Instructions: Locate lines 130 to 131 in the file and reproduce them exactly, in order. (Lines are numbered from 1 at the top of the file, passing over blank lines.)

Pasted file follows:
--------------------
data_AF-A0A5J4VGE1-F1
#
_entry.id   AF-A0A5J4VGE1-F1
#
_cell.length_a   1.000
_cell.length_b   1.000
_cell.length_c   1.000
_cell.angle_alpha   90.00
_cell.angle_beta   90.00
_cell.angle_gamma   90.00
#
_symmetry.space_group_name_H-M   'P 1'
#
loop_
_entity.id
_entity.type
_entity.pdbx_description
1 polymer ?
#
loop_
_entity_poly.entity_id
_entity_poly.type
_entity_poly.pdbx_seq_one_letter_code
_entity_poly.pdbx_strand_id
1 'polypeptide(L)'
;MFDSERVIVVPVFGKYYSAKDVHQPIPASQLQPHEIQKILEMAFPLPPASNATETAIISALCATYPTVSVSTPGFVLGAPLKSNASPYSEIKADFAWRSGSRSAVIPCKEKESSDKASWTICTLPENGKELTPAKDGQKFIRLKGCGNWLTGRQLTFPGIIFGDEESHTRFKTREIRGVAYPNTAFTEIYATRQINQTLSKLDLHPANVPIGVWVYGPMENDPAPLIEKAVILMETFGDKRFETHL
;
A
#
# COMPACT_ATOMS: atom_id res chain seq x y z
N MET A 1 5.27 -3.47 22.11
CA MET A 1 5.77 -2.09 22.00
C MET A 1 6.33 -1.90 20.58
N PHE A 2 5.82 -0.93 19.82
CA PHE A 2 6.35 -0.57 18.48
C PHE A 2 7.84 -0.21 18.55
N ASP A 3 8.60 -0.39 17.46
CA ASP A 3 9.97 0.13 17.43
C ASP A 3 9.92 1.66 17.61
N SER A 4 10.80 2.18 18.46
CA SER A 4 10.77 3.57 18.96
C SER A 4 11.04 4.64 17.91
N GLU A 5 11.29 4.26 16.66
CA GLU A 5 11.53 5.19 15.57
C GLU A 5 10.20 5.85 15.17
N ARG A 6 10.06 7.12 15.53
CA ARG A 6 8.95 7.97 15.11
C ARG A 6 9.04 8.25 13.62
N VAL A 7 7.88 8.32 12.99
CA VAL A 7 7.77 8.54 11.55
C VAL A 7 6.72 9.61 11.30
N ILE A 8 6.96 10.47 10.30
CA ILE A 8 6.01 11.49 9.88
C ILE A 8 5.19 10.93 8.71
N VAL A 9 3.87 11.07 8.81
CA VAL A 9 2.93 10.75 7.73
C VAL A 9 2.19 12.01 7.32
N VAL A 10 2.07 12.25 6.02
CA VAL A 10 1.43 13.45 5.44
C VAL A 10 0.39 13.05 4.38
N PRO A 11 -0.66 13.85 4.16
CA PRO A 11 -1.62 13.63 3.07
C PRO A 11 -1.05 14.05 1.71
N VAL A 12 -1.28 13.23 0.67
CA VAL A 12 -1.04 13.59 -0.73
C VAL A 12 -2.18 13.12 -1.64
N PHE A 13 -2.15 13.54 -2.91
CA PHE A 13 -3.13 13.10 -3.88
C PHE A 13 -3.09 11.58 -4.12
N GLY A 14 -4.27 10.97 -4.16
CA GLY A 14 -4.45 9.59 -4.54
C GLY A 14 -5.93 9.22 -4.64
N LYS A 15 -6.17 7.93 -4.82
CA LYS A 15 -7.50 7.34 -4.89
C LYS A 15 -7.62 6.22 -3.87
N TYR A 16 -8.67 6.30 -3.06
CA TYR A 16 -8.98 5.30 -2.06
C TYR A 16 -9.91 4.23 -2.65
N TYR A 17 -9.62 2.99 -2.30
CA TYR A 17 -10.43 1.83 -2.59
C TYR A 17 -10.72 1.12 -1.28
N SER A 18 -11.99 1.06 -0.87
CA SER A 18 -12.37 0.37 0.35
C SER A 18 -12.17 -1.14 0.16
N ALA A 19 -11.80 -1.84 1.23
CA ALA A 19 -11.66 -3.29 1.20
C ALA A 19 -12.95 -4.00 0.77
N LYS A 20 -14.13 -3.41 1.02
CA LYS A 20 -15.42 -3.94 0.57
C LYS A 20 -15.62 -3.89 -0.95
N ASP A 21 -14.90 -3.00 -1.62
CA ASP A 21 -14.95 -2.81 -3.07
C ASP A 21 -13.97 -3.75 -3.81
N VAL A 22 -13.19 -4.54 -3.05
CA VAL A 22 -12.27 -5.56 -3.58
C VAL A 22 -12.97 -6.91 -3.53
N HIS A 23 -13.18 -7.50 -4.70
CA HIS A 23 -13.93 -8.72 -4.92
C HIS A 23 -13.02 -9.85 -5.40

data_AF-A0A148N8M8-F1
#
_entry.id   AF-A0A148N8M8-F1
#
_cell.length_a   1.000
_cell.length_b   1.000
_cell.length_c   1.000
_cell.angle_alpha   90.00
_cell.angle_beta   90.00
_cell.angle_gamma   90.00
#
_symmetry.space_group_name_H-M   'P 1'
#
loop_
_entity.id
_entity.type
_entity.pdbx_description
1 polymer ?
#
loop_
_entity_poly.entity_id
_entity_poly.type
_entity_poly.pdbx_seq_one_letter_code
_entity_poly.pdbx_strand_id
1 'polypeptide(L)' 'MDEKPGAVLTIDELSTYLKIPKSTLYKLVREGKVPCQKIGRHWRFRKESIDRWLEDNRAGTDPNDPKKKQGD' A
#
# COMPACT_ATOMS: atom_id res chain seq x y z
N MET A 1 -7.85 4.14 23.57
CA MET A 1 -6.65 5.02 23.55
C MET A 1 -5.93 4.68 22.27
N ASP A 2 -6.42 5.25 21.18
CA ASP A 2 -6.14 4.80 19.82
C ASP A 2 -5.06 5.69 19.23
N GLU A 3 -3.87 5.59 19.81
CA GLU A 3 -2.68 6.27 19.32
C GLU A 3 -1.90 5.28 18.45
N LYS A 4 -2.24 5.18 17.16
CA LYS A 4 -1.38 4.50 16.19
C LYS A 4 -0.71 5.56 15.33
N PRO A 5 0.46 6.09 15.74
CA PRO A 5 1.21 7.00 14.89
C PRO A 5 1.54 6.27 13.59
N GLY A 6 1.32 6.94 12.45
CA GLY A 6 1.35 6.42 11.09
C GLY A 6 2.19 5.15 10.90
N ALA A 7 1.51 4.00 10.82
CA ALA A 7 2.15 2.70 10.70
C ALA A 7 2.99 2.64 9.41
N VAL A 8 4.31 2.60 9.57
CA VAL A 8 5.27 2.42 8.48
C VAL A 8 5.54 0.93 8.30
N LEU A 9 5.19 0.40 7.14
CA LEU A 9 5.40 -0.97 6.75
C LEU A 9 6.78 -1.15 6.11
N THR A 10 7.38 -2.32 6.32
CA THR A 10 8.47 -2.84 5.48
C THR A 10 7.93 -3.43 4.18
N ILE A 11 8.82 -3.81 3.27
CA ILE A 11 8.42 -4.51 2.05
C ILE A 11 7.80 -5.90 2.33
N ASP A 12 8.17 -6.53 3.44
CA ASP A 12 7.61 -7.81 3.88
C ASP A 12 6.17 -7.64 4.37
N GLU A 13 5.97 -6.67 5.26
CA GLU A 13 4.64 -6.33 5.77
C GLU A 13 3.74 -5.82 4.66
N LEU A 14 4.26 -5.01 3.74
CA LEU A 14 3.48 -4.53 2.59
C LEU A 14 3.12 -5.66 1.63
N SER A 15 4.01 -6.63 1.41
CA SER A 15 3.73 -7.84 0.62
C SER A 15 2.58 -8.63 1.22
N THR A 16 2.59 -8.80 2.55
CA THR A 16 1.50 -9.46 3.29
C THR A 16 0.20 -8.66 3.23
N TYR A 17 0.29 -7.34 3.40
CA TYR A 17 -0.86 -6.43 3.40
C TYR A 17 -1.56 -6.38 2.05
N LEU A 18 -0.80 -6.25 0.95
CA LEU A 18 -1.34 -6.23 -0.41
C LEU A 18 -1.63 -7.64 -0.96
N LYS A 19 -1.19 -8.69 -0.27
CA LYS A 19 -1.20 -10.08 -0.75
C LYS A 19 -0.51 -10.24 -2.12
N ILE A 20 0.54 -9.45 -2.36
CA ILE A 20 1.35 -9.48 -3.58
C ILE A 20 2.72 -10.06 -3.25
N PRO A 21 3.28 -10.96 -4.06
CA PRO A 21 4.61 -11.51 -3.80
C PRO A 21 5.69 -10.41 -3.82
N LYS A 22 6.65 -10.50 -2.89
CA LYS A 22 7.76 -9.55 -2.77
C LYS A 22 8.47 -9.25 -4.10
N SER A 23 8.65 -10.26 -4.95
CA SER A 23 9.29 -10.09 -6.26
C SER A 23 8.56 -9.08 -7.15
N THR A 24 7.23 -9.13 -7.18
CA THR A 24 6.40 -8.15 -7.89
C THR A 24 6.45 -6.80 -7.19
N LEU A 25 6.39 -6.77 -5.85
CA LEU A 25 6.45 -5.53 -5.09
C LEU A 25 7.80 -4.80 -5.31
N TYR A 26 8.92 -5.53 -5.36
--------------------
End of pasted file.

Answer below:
N ASP A 2 -6.42 5.25 21.18
CA ASP A 2 -6.14 4.80 19.82